What’s not a coincidence is that Devil’s Night is gone. Former Mayor Dennis Archer started the Angel’s Night initiative in 1995 that organized community patrols and enforced a curfew for minors. The first year, incidences of arson plummeted… in fact, I can’t recall a single reported Devil’s Night-related fire.

Add comment November 4th, 2008 by duane

Hillcrest Bike Culture

Schwinn Stingray

Schwinn Stingray

We loved our bikes on Hillcrest (as most kids do). We could spend an entire day lapping the block over and over again. Most of the kids in the BRAT patrol had a BMX style bike, complete with pads covering all of the dangerous parts of the bike. My brother and I? We had the legendary Schwinn Stingray. The only complication? It wasn’t “cool” by the time we were aware of the concept of “being cool.” A yellow banana seat atop a metallic red frame might have cut it in the 70’s, but by the 80’s a banana seat would just get you chased by “the big kids.”

Christian (my brother) and I would try anything to make our curvy bikes more BMX-like: replacing the seat, different handle bar grips, pedals, tires… anything. Looking back though, I really loved that bike. It provided my first tastes of freedom, danger, and excitement… banana seat and all.

Eventually, most of us upgraded to multi-speed bikes. A few folks got 10-speed street bikes, but just about the time it was my turn to get a new bike, mountain bikes were becoming the new standard. They could take more abuse and looked a lot more like the BMX bikes that I longed for when I was younger, but they really never replaced the spot in my heart occupied by that old yellow and red Schwinn.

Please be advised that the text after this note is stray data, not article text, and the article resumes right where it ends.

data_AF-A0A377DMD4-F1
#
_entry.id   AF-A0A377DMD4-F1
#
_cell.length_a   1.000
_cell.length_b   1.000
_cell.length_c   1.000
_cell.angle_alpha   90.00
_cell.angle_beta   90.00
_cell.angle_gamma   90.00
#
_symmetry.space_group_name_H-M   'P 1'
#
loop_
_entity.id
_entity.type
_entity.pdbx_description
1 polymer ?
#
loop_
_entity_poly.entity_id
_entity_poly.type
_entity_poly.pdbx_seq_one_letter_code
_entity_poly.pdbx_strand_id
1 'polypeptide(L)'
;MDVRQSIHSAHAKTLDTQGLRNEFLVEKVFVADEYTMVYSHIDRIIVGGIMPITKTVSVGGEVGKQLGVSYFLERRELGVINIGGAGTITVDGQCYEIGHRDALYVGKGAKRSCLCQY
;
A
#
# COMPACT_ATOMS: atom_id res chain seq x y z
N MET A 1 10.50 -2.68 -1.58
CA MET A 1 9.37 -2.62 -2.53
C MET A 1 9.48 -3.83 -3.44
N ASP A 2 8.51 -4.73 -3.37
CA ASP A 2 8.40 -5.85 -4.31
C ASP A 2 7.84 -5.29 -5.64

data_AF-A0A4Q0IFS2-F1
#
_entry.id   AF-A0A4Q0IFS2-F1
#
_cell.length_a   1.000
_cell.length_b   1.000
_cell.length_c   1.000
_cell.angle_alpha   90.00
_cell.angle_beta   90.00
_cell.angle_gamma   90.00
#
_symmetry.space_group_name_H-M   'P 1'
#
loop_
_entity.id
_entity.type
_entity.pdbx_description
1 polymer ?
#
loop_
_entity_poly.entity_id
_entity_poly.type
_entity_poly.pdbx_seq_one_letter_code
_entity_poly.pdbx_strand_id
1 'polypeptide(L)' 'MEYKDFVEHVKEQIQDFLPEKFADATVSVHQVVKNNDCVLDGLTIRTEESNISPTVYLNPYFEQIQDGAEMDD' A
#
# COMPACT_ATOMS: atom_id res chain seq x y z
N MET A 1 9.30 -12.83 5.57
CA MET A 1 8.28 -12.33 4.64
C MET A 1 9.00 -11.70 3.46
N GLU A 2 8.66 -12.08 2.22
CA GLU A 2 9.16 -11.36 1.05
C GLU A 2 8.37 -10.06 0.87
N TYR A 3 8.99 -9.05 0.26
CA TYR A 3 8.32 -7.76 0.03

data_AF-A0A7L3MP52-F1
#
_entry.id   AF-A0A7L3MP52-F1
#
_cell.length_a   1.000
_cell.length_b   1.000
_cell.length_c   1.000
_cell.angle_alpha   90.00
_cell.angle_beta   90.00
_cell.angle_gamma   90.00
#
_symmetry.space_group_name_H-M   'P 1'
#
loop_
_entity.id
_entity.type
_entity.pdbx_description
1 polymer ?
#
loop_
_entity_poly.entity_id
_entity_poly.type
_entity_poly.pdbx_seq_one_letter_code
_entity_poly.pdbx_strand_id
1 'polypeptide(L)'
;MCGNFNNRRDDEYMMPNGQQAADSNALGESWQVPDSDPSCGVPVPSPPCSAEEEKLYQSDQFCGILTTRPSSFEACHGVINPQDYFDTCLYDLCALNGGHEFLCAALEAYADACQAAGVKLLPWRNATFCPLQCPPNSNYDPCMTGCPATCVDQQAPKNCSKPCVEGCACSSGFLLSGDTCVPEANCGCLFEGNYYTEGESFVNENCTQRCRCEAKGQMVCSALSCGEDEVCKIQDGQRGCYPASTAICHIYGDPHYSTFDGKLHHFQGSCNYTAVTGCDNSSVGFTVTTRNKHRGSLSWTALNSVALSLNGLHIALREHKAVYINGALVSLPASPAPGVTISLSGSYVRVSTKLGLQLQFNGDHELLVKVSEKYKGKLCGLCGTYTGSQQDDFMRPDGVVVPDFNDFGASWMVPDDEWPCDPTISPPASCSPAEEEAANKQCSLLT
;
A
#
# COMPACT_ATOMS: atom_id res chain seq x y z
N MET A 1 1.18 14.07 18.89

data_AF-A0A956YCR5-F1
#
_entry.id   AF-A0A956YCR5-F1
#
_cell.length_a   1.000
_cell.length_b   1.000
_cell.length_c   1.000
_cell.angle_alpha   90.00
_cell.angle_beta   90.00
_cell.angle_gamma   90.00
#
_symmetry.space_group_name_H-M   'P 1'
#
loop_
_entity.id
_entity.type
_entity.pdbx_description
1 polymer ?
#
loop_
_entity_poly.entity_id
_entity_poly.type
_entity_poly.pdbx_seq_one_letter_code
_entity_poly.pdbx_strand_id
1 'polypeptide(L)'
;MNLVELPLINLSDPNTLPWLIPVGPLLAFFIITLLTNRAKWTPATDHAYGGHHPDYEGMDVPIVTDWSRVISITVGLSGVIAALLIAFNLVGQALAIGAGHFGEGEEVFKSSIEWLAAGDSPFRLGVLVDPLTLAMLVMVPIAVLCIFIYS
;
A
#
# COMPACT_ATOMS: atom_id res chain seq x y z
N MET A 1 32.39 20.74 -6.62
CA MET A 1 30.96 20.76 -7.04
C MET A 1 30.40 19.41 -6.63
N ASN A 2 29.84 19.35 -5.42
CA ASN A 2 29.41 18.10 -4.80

2 comments August 20th, 2008 by duane

Tiger Stadium Is No More

Today, the demolition of Tiger Stadium began. I’m no sports fan (apart from autosports), but I still feel the loss of this landmark… and part of my childhood.

Tiger Stadium demolition begins.

Tiger Stadium demolition begins.

Papa Thomas, my friend Joey’s grandfather, would sit on his front porch and listen to the Tigers game on his handheld AM radio. We would crowd around him and get the translation of “Ernie Harwell’s”: play-by-play (we didn’t know a lot about the sport at the time). Papa was a diehard fan. On the hot summer nights most of the neighborhood could be found outside, on a porch, in a pool, or in each other’s driveways talking. In 1984, most of that talk was about our soon to be champion Tigers. When Joey flew in for the summer from California he proudly wore his Tigers ballcap. He was the first person I knew to have a _fitted_ cap. Impressive. Tigers baseball was all I knew and Tiger Stadium was the Mecca of it all.

I went to my first ballgame at Tiger Stadium with my Dad and my cousin’s husband: Rich. I didn’t really know any of the players or what was going on. When everyone started cheering “Lou, Lou, Lou, Lou” for Lou Whittaker, I misheard them and joined in: “Boo, boo, boo, boo!” (I thought we were taunting the other team.) Rich and my Dad straightened that out pretty quickly. Rich tried to explain the scoresheet in the back of the program to me, but defaulted to just the simple score. The guy sitting in front of us figured out it was my first game and introduced himself as “Jose”… and told me that they start every game by singing to him: “Jose, can you see?…” I wonder how long he was saving that one… Rich passed away unexpectedly last year. I can count the number of times I visited Tiger Stadium on one hand. Yet, the only time I remember anything about was my first trip with Rich and my Dad.

Tiger Stadium had a genuine feel about it. I’ve only been to the new park (named after a bank that gave up on Michigan a few years ago…) two times. It’s big, impressive, and commercial. The view is a little better… even from the cheap seats… but it’s a sellout: designed to make families happy and sell watered-down beer and overpriced hotdogs.

Today we loose Tiger Stadium. We loose a legitimate part of Detroit history. We loose a landmark. One thing I (and many other Detroiters) will never loose are the memories of good times with our families and friends at Tiger Stadium.

~(Sorry if I seem to be rambling with this update… I’m a bit out of sorts thinking about the stadium…)~